Check out the on-demand sessions from the Low-Code/No-Code Summit to learn how to successfully innovate and achieve efficiency by upskilling and scaling citizen developers. Watch now.

Now we have yet another way to view streaming movies online. Amazon today launched its streaming video service for Prime members, which will offer subscribers access to 5,000 movies and TV shows and will serve as Amazon’s first move to counter Netflix’s streaming video dominance.

Amazon’s Prime service costs $79 a year and was initially billed as a way to get free two-day shipping (and one day shipping for $3.99 per item). That aspect of the service will continue, but now it has the added advantage of offering instant access to videos at the same price. Existing Prime customers will instantly have access to the streaming videos.

The launch of the service shows that Amazon isn’t going to just sit back and let Netflix rule the online streaming world. While the Prime video service doesn’t have as many titles as Netflix’s streaming video offering (which had around 28,000 titles available in September, according to the Netflix-focused service FeedFliks), it’s the first step in competing with the video rental giant. It’s also cheaper than Netflix’s streaming video, which costs $8 per month at a minimum, or $96 a year.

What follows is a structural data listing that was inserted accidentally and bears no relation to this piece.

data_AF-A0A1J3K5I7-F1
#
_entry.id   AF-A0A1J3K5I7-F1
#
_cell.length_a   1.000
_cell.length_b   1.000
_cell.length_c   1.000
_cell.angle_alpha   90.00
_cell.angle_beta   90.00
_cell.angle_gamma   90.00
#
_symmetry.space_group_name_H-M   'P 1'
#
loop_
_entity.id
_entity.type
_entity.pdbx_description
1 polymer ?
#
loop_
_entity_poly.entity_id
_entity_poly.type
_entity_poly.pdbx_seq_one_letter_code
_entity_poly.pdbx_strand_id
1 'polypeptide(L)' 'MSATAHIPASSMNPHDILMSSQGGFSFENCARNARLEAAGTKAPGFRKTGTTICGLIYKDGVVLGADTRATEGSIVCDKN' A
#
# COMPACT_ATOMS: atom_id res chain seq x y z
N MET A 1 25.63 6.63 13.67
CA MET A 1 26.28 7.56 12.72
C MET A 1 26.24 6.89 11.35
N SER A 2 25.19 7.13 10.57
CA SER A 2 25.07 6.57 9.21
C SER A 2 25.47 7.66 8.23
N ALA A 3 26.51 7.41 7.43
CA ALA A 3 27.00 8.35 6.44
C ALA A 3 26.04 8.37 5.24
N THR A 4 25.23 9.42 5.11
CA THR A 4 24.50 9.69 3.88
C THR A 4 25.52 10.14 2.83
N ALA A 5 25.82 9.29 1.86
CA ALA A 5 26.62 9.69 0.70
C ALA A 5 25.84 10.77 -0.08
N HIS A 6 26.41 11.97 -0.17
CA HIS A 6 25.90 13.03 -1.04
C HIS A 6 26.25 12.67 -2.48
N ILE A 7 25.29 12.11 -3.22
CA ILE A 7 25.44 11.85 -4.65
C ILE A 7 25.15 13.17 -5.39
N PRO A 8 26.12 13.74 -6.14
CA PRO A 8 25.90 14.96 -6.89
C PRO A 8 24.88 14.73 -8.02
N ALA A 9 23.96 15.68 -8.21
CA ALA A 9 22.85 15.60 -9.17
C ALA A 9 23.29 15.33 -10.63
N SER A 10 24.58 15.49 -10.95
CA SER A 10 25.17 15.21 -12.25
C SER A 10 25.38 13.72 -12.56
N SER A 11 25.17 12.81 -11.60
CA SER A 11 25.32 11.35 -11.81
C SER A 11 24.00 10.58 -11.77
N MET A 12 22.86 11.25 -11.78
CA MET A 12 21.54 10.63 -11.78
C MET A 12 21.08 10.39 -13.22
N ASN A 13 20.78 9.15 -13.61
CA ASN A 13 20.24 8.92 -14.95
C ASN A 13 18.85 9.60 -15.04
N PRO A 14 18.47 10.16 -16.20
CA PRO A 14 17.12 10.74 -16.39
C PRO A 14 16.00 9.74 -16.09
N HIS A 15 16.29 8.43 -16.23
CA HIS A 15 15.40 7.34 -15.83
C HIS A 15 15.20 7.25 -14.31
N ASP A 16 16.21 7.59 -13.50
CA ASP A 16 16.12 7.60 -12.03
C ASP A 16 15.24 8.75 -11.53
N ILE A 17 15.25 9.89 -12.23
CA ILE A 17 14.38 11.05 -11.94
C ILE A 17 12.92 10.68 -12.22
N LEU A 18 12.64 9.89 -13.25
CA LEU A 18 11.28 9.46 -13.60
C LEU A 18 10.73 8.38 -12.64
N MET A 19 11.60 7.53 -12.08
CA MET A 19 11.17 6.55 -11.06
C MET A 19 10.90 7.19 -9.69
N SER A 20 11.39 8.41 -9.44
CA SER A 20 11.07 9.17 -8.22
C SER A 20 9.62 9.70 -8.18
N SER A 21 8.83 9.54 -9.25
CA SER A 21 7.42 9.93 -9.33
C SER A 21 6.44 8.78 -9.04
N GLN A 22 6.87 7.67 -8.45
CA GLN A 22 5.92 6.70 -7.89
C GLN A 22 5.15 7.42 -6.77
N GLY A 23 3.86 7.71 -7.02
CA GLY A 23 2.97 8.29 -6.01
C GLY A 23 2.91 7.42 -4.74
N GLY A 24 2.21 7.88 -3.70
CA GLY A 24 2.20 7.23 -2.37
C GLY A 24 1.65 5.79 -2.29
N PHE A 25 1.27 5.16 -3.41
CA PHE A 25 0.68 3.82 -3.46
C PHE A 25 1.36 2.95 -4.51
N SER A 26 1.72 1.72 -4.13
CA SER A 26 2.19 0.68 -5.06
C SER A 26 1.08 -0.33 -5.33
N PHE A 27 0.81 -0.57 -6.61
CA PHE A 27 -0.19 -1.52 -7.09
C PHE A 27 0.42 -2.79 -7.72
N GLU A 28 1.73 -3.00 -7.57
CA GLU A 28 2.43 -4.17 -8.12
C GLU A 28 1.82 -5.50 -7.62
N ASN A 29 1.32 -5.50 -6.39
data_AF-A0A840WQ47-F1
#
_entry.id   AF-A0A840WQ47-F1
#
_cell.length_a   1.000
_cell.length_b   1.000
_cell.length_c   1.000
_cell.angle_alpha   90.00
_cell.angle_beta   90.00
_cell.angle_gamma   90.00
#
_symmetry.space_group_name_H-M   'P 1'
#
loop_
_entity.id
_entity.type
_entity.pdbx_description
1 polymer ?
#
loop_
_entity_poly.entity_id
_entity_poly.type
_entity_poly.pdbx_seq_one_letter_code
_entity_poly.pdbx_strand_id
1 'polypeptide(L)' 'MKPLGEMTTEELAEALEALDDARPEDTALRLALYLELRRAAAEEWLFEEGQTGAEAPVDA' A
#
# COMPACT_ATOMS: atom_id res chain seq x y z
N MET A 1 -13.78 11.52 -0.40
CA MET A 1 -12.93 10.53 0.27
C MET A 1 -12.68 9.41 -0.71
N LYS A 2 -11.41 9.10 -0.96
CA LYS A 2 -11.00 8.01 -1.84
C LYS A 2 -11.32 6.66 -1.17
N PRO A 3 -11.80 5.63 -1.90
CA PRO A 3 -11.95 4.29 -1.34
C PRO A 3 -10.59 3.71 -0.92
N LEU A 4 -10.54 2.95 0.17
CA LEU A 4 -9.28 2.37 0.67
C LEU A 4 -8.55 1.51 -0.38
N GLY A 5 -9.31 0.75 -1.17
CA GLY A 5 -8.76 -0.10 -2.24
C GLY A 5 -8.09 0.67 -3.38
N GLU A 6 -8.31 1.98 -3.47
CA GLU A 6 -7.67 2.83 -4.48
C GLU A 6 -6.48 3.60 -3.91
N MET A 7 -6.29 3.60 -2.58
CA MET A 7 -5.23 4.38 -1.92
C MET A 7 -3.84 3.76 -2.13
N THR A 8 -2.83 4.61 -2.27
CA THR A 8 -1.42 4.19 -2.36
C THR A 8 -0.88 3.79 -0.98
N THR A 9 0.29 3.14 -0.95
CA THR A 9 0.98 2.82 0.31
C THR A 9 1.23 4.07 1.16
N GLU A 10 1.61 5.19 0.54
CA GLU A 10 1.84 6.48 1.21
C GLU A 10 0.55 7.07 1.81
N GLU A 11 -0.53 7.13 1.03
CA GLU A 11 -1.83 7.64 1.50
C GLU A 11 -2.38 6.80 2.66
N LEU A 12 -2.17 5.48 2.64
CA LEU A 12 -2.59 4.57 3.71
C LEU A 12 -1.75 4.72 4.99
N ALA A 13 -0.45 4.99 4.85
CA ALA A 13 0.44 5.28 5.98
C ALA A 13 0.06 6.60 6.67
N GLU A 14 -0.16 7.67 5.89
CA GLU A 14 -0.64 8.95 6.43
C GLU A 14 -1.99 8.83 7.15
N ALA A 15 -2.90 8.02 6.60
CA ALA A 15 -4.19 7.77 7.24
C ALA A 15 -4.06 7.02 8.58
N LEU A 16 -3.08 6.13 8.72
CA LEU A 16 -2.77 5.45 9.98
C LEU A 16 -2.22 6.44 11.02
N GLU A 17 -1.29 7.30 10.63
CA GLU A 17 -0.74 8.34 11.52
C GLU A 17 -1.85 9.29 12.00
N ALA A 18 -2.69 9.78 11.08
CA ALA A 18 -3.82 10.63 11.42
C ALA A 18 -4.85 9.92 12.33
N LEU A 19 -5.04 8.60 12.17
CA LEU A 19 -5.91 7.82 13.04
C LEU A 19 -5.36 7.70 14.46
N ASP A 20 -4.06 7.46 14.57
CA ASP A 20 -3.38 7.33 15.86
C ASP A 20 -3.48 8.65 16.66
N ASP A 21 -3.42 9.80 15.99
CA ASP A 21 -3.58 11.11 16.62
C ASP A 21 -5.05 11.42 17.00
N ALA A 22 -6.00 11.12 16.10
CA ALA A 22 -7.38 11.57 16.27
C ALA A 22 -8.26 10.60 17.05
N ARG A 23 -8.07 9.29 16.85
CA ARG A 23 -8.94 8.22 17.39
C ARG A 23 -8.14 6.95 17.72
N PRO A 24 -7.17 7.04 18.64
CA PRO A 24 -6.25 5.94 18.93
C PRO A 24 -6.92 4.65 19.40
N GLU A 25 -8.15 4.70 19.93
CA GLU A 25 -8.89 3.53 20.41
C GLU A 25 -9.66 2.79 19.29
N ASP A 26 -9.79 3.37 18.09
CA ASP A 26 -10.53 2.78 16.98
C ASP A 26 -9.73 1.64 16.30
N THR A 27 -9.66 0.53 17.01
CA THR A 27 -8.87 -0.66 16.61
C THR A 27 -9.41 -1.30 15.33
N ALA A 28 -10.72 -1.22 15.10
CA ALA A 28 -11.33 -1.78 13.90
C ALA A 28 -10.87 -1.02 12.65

Like Netflix, Amazon is making its streaming Prime streaming videos available on televisions. Set-top box maker Roku announced today that all of its streaming video devices will support the service, and I suspect that it will soon be available on other devices, if it isn’t already. Amazon currently offers on-demand streaming video on Google TV devices, as well as TVs from companies like Sony, Samsung, and Vizio. Engadget has found that the service works fine on Android mobile devices with Adobe Flash.

Unfortunately, those lucky few who have free Amazon Prime memberships, such as students, won’t have access to Prime streaming video. They will instead have to pay the normal $79 Prime subscription fee to take advantage of the streaming video.

Amazon last month purchased LoveFilm for $200 million, Europe’s Netflix equivalent, so I suspect that its Prime video service will make its way to Europe soon. Currently, it’s only available in the US. Amazon could also potentially partner with kiosk DVD company Redbox, which is planning a streaming video offering of its own.

VentureBeat's mission is to be a digital town square for technical decision-makers to gain knowledge about transformative enterprise technology and transact. Discover our Briefings.